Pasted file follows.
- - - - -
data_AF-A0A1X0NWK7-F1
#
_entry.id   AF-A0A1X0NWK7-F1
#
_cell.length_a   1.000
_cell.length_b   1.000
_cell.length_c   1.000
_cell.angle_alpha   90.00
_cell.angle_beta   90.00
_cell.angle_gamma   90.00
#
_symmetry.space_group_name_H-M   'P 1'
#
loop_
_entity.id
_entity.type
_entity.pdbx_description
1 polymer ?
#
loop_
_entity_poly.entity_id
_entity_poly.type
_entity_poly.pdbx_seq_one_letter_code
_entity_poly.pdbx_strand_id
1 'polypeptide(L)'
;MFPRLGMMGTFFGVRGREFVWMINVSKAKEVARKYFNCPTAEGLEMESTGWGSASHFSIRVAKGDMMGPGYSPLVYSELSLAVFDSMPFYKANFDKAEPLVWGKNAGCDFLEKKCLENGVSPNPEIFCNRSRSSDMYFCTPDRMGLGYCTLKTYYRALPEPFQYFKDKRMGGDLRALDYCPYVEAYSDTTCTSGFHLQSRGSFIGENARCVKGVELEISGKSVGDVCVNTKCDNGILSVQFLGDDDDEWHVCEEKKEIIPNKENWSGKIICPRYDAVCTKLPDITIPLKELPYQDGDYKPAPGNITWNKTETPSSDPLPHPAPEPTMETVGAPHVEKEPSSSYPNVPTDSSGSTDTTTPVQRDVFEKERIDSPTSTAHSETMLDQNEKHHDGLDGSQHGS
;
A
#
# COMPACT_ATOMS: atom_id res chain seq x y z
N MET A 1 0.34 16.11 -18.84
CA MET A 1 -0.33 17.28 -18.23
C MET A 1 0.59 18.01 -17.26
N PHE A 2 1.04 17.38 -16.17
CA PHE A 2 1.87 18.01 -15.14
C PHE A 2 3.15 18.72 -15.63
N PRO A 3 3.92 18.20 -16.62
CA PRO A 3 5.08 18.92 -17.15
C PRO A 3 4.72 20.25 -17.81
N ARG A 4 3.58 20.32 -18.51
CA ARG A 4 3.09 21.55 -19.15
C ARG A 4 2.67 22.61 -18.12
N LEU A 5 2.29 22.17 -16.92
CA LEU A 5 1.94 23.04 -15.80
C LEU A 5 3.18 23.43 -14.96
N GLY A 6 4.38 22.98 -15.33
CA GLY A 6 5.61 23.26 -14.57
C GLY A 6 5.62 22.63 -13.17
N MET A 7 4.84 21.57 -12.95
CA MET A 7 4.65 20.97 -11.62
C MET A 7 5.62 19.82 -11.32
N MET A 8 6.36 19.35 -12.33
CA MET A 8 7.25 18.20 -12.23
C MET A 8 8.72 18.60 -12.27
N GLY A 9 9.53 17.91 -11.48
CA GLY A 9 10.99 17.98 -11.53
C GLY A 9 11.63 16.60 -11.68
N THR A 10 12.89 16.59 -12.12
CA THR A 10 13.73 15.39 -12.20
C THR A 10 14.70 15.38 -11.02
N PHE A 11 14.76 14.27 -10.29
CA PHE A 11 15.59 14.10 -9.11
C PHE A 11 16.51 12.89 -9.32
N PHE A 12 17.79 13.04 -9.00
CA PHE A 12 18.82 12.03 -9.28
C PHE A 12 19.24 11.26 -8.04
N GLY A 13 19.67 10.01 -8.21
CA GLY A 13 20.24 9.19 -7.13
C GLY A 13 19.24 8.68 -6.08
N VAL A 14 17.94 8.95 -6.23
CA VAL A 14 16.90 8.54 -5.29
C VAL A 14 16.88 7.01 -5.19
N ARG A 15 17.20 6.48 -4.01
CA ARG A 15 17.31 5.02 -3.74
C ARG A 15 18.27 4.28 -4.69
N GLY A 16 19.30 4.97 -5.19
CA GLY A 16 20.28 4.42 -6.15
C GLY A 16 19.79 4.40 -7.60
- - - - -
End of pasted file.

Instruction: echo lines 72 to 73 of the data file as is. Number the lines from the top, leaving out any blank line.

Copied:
C VAL A 14 16.88 7.01 -5.19
N ARG A 15 17.20 6.48 -4.01